*The following is excerpted from an online article posted on StudyFinds.
Students who wear glasses often get a reputation for being “the smart kids,” but a new study finds eyeglasses could help unlock the intelligence in many children who unknowingly have weak eyesight. Researchers from Johns Hopkins University found that getting students the glasses they need significantly boosts their academic performance over the next school year.
During a three-year clinical trial, children receiving new glasses through the Vision for Baltimore program scored higher on reading and math tests in comparison to students who did not get glasses or got them later on. Vision for Baltimore launched in 2016 after John Hopkins researchers discovered a serious need for vision care among the city’s public school students. They found that up to 15,000 of Baltimore’s 60,000 pre-K through 8th-grade students needed glasses, but many either didn’t know or their families didn’t have the means to get them.
From 2016 to 2019, the team studied the performance of 2,304 students between grades 3 and 7 who received an eye health screening, eye exam, and new glasses from Vision for Baltimore. Researchers looked that their results in standardized reading and math tests at one and two-year intervals.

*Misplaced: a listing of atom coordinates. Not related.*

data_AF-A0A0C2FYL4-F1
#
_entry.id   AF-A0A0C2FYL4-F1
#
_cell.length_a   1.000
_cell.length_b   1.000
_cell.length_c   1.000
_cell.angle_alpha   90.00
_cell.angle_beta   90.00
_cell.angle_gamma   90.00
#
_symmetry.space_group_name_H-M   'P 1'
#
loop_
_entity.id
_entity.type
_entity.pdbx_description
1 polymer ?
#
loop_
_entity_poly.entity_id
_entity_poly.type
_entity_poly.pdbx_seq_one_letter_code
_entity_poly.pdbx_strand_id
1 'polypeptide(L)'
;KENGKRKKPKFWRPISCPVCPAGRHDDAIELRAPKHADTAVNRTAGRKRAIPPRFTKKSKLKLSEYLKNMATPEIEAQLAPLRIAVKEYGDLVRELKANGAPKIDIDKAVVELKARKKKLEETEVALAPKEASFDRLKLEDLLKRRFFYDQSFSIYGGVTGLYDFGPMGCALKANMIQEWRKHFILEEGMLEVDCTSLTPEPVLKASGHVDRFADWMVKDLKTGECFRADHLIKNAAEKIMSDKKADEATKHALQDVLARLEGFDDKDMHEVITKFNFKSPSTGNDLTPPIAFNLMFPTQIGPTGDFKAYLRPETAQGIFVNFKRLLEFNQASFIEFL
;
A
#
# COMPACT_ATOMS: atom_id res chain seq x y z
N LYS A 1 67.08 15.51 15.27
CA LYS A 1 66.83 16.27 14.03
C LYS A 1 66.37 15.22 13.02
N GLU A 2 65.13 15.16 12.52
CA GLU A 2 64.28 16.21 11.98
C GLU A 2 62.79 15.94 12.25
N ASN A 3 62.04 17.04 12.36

For children getting new glasses, their reading scores rose dramatically over the next 12 months and more significantly than children getting glasses later. Elementary students also saw their math scores rise sharply after getting glasses.
More specifically, results show girls saw “particularly striking improvements” after receiving new glasses. Special education students and children who had been among the lowest-performing students also saw major boosts.
“We rigorously demonstrated that giving kids the glasses they need helps them succeed in school,” says senior author Megan Collins, a pediatric ophthalmologist and an associate faculty member at the Johns Hopkins Berman Institute of Bioethics, in a university release. “The success of the Vision for Baltimore program model and research findings could advance health and educational equity for students across the country.”